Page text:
How the Air Force Got Its Start 72 Years Ago
Wednesday marks the 72nd birthday of the U.S. Air Force.
Proud Air Force members today help keep the peace and provide unmatched capabilities from the air to support America’s national defense needs—from the skies of Afghanistan to the missile silos in North Dakota.
Conceived in World War I and born out of the Army Signal Corps two years after the end of World War II, the Air Force was established through the National Security Act on Sept. 18, 1947.
While by far the youngest of the four military branches
within the Department of Defense, the Air Force crosses the boundaries of, and directly
impacts the success of, every other branch and their collective support of the
National Military Strategy.
Up until the birth of combat air power, the roles and missions associated with the services were clearly defined. The Army fought on land, and the Navy and Marines concentrated on seaborne and littoral operations. Their collective actions, activities, and interests seldom overlapped.
That all began to
change in World War I.
Aircraft showed the ability to
see not only over the next hill, but impact an enemy beyond a depth that could
be readily imagined by those operating in the other two domains.
The period between
World War I and World War II allowed the services to more fully develop and
invest in their respective aviation arms, and by the time World War II began,
the clear lines of demarcation were gone.
The capabilities inherent to the air domain were
seemingly boundless and, by the end of the war, the most senior leaders in the
Army felt the United States should establish the Air Force as a separate service.
The Navy, having already replaced its battleships with aircraft carriers as the pillars of its fleets, certainly recognized air power’s potential, and it was equally aware that a new service focused on air power directly threatened that move.
A similar reorganization
resulted in the loss of naval aviation in the United Kingdom, and the U.S. Navy
in no way wanted to suffer the same fate.
If that weren’t enough, nuclear weapons could only be delivered from the air, and if the Navy lost its fleet of aircraft, it would likely lose the opportunity to hold the United States’ most powerful weapons in its arsenal.
With that, the Navy openly fought the move.
The National Security Act of 1947 did its best
to straddle the issue by charging the Air Force with sustained offensive and
combat operations, while the Army and Navy were charged with combat operations
in their respective domains.
The same day the act became law, the Truman administration attempted to quell the Navy’s concerns by issuing an executive order to further clarify the roles and missions, emphasizing the Navy’s control of the air over the ocean. But the angst and uncertainty remained.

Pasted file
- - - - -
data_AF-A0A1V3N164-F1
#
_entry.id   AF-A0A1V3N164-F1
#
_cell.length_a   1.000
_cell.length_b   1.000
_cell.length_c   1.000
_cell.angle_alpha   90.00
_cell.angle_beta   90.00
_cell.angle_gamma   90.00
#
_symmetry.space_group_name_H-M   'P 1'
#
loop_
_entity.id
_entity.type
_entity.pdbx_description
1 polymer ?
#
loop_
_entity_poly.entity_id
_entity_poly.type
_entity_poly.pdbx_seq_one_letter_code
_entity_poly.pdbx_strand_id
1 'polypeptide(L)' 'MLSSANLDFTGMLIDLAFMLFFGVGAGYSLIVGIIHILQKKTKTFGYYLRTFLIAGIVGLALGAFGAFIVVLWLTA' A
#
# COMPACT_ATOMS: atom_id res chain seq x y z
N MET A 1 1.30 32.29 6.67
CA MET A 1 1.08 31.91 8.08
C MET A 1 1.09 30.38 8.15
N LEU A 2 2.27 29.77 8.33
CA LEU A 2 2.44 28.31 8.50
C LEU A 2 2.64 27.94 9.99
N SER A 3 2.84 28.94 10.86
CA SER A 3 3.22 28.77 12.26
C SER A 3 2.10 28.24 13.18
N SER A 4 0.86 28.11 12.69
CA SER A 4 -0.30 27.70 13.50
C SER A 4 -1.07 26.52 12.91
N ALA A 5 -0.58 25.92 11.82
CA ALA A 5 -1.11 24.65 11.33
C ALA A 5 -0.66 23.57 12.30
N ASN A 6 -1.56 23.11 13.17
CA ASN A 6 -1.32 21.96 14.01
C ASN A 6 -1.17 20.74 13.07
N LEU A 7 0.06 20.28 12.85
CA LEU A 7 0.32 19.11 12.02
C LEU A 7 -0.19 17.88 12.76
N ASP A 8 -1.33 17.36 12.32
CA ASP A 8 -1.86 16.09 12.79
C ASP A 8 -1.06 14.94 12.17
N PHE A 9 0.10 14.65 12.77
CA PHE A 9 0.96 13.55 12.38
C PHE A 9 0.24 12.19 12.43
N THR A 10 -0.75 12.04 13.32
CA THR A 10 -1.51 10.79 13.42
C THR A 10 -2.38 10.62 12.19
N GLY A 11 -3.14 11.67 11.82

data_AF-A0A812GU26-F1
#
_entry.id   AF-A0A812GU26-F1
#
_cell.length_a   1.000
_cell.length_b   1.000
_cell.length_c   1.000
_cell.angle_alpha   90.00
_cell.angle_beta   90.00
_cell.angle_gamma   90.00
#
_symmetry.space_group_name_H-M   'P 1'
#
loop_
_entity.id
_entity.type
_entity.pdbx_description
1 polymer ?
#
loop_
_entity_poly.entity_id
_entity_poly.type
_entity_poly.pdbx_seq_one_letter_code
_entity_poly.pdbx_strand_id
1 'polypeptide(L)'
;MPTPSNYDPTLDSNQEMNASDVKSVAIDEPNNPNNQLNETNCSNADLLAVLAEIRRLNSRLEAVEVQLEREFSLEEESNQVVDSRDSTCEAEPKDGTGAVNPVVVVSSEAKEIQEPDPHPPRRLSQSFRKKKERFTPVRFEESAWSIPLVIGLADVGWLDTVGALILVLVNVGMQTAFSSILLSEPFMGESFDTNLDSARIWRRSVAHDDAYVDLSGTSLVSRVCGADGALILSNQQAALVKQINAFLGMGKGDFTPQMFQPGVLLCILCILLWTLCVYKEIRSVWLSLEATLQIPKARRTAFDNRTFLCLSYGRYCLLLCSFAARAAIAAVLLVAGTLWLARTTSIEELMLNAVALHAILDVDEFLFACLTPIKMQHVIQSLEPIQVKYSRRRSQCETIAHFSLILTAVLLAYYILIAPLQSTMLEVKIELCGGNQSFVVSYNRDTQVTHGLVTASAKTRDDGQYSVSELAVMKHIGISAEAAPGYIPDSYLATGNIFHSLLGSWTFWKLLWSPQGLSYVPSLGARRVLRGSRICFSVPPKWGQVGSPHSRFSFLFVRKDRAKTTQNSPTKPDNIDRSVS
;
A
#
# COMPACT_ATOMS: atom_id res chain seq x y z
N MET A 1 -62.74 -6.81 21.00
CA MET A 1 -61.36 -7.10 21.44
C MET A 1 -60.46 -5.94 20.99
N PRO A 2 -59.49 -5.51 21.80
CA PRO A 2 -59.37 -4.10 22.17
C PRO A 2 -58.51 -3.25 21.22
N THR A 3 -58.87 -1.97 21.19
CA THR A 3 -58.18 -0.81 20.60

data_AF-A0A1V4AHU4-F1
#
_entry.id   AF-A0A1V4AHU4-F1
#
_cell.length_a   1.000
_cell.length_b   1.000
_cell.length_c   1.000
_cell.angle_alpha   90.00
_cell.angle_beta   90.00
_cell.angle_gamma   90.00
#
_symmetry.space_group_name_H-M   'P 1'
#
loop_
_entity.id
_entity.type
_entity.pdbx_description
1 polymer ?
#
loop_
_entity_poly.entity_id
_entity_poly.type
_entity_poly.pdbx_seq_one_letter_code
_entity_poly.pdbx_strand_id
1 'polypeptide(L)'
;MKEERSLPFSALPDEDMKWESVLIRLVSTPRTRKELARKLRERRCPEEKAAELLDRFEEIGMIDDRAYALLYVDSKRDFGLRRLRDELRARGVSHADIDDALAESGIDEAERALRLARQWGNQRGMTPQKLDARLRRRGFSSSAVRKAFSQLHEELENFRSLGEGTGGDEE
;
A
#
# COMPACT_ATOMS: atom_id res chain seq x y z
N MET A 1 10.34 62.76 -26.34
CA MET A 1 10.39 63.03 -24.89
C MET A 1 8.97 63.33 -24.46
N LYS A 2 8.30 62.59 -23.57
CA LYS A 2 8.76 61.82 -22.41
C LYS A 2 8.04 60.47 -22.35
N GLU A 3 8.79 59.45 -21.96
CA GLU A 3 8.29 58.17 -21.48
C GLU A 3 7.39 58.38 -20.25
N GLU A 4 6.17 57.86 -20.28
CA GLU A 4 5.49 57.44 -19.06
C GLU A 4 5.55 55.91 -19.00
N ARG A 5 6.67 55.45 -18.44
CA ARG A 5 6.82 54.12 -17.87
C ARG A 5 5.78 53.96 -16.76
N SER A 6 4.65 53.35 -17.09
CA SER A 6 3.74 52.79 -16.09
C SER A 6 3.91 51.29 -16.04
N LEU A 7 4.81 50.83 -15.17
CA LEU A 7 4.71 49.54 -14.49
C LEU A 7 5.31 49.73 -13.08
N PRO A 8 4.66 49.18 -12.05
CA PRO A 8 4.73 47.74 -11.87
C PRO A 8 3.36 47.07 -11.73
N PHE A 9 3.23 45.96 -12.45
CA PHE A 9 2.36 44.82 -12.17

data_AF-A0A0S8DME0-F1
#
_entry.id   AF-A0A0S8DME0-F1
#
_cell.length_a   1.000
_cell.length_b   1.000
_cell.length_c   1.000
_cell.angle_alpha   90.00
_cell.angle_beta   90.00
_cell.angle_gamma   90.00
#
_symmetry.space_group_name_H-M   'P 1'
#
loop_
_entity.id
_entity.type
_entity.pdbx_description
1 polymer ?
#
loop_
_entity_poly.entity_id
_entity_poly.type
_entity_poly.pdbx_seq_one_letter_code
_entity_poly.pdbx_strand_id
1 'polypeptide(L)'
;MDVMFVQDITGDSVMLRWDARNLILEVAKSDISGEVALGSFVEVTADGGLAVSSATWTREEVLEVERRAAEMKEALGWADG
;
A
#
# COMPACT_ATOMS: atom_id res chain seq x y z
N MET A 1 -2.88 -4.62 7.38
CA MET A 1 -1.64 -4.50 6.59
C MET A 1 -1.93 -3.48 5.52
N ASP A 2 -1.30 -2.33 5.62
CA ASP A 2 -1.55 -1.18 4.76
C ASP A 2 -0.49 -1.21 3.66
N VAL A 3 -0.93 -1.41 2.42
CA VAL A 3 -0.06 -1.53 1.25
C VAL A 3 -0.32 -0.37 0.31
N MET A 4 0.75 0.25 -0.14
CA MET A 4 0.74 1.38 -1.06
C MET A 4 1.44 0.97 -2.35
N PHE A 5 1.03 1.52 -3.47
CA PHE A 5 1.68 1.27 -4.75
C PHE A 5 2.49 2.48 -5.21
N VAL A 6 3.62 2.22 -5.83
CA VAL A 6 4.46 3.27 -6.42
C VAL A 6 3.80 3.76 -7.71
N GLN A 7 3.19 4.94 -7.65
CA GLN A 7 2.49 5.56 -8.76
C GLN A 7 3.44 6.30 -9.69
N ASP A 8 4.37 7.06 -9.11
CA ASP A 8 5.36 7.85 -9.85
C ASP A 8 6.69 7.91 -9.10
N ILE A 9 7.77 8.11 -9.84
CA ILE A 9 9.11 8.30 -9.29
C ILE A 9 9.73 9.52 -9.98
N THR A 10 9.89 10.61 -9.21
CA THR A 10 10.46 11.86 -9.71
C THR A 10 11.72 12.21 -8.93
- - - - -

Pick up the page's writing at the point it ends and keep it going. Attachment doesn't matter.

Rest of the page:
In April 1948, the four service chiefs met in Key West, Florida, to draft the Key West Agreement, which reaffirmed primary service responsibilities and established collateral missions within the three domains that are, in effect, the roles and missions the services have been executing for the past 71 years.
During its formative years, the Air Force was organized along the same missions it flew during World War II. Long-range bombers, fighters, and airlift assets would be assembled into four components: Strategic Air Command, Tactical Air Command, Air Defense Command, and the Military Air Transport Service.
That simple structure would change rapidly as the Air Force took on more missions.
Intercontinental ballistic missiles were introduced into
the Air Force arsenal in 1958, and the service’s first intelligence, surveillance,
and reconnaissance satellite was placed into orbit in 1959.
With them came the Defense Department’s competition for preeminence in a fourth domain: space.
Over the next 60 years, the Air Force would certainly launch more satellites into space, but each of the services would establish domain-specific navigation, communications, and intel orbits.
With few exceptions, the efforts were uncoordinated, and
no single service would cede ground or authority to another, recharging an underlying
The creation of a fifth branch of service—for space—similar to the creation of the Air Force has caused its share of controversy.
At the request of the Trump administration, Congress will help the Defense Department to master warfare in a new domain and, before the Air Force celebrates another birthday, Congress will likely establish a new service called the Space Force.
As in 1947, it’s reassuring to know the Space Force will have an elder sibling there to make those first steps great ones.
Happy birthday, Air Force, and thanks for always keeping the nation first.